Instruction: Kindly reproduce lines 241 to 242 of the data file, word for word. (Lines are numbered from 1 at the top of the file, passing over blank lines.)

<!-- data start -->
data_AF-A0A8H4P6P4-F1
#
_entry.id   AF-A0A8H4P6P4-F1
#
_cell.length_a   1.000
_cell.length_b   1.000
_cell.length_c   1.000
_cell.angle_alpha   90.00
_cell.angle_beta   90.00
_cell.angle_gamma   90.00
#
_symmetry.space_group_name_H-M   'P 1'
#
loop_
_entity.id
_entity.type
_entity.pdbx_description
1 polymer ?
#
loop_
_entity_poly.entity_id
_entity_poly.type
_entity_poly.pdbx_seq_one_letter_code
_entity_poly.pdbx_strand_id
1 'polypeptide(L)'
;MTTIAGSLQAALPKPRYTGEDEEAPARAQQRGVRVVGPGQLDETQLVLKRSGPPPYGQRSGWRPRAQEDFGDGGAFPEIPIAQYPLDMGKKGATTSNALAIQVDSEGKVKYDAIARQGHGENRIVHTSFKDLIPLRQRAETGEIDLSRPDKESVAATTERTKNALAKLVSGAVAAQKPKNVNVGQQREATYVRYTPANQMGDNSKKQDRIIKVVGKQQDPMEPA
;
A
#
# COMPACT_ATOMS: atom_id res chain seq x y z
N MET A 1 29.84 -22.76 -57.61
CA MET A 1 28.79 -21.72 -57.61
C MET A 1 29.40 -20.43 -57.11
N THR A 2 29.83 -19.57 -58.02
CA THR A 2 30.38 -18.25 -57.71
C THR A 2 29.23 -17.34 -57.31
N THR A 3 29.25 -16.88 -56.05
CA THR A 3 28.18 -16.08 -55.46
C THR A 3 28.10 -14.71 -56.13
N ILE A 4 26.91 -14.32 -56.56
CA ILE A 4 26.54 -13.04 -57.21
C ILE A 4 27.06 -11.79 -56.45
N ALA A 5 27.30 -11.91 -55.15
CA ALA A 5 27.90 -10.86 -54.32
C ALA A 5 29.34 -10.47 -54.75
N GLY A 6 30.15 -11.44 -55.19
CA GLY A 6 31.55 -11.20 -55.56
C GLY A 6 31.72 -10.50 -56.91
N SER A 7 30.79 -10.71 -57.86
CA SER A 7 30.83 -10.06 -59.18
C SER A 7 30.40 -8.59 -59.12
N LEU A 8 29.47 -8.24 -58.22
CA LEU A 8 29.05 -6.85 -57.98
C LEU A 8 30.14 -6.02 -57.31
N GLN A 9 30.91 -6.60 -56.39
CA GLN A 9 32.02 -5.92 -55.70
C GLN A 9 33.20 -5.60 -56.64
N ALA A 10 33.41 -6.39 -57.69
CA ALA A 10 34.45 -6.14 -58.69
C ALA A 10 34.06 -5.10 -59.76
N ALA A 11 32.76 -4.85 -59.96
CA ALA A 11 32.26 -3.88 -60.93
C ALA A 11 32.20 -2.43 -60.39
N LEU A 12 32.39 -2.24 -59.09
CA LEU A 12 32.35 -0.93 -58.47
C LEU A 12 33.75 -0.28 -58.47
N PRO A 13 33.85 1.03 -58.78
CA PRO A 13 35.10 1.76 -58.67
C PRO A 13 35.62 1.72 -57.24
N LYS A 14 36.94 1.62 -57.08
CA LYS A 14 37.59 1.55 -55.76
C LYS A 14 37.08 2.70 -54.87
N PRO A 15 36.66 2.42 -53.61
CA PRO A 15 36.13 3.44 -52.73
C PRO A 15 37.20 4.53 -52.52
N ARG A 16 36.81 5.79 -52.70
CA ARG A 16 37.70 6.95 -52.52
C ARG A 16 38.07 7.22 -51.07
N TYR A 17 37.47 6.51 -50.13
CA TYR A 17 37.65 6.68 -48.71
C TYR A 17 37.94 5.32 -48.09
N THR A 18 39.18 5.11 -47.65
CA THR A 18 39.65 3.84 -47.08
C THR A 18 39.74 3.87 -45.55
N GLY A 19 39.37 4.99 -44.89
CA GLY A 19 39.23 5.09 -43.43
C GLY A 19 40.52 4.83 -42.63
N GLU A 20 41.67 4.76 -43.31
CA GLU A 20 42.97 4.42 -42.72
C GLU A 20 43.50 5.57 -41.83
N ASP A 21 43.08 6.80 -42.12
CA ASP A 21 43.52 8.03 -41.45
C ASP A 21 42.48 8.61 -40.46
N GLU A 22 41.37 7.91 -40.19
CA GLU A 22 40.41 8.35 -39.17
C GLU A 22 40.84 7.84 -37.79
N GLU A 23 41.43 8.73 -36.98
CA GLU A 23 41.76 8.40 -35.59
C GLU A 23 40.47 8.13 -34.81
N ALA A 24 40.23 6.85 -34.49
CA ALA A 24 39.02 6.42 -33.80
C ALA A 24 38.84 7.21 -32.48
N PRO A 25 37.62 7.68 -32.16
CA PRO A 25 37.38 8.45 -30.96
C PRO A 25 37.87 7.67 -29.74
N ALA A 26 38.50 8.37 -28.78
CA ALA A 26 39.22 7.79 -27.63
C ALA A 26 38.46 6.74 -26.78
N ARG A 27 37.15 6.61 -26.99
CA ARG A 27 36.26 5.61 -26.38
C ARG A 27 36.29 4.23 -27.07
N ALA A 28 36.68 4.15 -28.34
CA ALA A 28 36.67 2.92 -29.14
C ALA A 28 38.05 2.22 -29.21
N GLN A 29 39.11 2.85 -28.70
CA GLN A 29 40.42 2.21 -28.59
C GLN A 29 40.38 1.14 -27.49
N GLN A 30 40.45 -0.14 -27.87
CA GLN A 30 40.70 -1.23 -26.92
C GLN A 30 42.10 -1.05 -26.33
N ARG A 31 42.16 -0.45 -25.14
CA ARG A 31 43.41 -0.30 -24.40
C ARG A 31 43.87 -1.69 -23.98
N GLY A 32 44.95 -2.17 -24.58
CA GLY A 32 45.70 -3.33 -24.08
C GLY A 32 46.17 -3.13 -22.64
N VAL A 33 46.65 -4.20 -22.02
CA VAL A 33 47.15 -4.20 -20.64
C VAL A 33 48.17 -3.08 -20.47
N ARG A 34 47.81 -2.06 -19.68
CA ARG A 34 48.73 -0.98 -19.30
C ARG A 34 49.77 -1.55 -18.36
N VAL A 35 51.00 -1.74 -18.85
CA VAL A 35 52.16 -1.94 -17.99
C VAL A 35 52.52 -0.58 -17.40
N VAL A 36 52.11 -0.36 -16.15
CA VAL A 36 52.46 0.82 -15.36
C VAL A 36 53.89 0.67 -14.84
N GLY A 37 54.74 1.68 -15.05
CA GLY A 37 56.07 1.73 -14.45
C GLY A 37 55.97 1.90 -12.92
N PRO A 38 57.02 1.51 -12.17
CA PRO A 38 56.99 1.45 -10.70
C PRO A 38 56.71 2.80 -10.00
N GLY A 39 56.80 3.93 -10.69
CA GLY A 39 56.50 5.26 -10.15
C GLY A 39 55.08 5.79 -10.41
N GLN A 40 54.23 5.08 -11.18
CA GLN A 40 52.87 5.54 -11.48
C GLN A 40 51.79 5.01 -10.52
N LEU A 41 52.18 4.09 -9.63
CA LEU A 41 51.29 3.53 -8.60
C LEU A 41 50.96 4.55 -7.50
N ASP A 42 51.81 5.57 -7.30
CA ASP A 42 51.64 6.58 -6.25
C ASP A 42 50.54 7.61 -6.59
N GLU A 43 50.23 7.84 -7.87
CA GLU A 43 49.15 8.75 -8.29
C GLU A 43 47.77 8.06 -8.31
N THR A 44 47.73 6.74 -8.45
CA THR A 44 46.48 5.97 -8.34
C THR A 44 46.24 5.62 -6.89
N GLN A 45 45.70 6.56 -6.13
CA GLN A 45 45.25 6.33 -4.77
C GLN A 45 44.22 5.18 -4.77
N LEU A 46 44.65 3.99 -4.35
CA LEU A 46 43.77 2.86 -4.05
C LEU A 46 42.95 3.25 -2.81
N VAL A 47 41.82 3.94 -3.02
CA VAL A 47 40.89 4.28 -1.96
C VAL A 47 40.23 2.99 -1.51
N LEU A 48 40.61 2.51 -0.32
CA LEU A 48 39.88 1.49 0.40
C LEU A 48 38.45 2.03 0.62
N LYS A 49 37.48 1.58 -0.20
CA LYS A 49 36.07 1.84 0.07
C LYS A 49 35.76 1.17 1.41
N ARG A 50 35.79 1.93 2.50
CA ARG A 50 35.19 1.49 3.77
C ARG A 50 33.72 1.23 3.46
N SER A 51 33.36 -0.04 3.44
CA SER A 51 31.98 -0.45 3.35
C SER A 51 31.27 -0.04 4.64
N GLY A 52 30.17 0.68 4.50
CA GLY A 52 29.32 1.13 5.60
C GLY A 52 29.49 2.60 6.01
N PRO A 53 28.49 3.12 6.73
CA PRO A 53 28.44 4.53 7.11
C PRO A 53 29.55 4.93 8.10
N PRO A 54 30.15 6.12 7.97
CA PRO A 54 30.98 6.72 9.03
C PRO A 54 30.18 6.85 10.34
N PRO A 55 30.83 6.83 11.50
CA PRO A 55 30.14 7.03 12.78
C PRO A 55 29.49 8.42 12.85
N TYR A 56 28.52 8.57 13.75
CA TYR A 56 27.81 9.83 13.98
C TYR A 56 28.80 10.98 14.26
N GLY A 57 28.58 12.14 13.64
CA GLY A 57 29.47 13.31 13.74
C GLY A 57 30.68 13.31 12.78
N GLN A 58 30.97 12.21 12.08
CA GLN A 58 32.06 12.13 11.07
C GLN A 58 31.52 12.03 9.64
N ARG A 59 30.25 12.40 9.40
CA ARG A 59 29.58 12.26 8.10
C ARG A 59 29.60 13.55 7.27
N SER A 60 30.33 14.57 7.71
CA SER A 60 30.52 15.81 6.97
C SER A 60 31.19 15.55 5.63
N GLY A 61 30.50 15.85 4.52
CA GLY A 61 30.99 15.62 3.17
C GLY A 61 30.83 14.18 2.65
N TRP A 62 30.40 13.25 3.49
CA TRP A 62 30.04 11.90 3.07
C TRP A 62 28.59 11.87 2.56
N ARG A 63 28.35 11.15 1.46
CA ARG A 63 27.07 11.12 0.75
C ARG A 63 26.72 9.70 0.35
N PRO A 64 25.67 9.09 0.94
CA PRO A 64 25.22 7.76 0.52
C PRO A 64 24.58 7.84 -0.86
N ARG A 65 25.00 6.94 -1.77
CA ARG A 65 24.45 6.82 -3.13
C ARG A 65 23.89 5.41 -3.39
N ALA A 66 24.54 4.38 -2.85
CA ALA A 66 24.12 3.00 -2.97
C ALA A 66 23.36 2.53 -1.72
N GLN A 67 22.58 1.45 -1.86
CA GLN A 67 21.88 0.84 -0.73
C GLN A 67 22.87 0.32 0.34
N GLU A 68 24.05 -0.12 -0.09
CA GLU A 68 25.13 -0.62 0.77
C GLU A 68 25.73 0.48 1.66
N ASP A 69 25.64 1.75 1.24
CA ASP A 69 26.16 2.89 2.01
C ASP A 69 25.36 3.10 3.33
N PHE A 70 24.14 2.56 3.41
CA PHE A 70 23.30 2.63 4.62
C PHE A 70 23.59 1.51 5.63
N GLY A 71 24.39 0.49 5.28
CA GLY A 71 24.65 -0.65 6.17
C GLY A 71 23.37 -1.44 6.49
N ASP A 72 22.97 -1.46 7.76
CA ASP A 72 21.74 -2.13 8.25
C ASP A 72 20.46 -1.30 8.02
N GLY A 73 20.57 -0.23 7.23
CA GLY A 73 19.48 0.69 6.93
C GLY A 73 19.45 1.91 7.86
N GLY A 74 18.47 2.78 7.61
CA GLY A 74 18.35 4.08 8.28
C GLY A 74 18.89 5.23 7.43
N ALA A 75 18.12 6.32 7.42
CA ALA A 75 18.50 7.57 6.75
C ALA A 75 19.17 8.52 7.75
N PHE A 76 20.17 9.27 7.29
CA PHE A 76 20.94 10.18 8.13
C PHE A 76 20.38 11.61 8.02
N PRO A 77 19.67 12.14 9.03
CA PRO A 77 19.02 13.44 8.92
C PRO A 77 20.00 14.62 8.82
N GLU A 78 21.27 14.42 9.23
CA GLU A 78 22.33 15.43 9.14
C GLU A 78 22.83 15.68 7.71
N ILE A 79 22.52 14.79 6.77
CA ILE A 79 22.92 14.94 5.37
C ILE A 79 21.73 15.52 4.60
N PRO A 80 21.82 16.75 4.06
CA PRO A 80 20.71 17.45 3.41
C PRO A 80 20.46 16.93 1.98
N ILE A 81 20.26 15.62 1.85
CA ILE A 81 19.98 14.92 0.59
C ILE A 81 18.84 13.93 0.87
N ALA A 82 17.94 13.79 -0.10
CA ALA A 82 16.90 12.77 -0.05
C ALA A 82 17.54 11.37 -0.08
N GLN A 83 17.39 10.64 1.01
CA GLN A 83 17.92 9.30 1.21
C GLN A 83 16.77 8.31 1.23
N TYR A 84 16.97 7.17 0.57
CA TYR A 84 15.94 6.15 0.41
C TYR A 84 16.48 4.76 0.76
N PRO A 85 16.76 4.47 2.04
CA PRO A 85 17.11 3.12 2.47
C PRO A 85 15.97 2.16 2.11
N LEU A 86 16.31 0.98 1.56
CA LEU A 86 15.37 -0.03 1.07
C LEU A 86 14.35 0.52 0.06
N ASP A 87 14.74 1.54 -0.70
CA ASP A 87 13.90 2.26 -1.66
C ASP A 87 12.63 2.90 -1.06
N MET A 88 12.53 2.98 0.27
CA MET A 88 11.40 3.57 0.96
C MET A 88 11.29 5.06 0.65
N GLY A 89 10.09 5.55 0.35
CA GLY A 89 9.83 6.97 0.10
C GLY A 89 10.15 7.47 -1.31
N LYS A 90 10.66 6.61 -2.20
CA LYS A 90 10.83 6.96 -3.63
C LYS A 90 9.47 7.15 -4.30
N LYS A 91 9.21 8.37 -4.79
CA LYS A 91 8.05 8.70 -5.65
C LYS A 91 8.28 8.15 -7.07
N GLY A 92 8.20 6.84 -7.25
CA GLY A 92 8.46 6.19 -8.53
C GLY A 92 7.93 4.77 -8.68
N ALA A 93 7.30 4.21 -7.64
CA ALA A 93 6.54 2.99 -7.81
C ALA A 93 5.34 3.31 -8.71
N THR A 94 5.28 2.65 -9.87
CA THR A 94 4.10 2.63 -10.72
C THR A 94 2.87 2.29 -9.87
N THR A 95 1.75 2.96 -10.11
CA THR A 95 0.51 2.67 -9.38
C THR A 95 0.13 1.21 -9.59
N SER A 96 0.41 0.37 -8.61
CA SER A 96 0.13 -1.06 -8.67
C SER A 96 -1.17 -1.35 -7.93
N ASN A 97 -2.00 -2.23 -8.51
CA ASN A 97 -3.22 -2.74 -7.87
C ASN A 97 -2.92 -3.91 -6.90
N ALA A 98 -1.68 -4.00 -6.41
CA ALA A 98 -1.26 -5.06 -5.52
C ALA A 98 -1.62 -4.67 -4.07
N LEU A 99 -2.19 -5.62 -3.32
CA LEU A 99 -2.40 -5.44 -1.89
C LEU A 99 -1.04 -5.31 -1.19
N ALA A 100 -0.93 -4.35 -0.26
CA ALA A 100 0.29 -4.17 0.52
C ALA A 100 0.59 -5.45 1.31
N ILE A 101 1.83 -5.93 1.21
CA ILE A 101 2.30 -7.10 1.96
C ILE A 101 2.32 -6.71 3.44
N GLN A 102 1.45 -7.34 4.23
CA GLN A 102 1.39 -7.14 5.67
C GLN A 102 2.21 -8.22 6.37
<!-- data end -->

N GLY A 71 24.39 0.49 5.28
CA GLY A 71 24.65 -0.65 6.17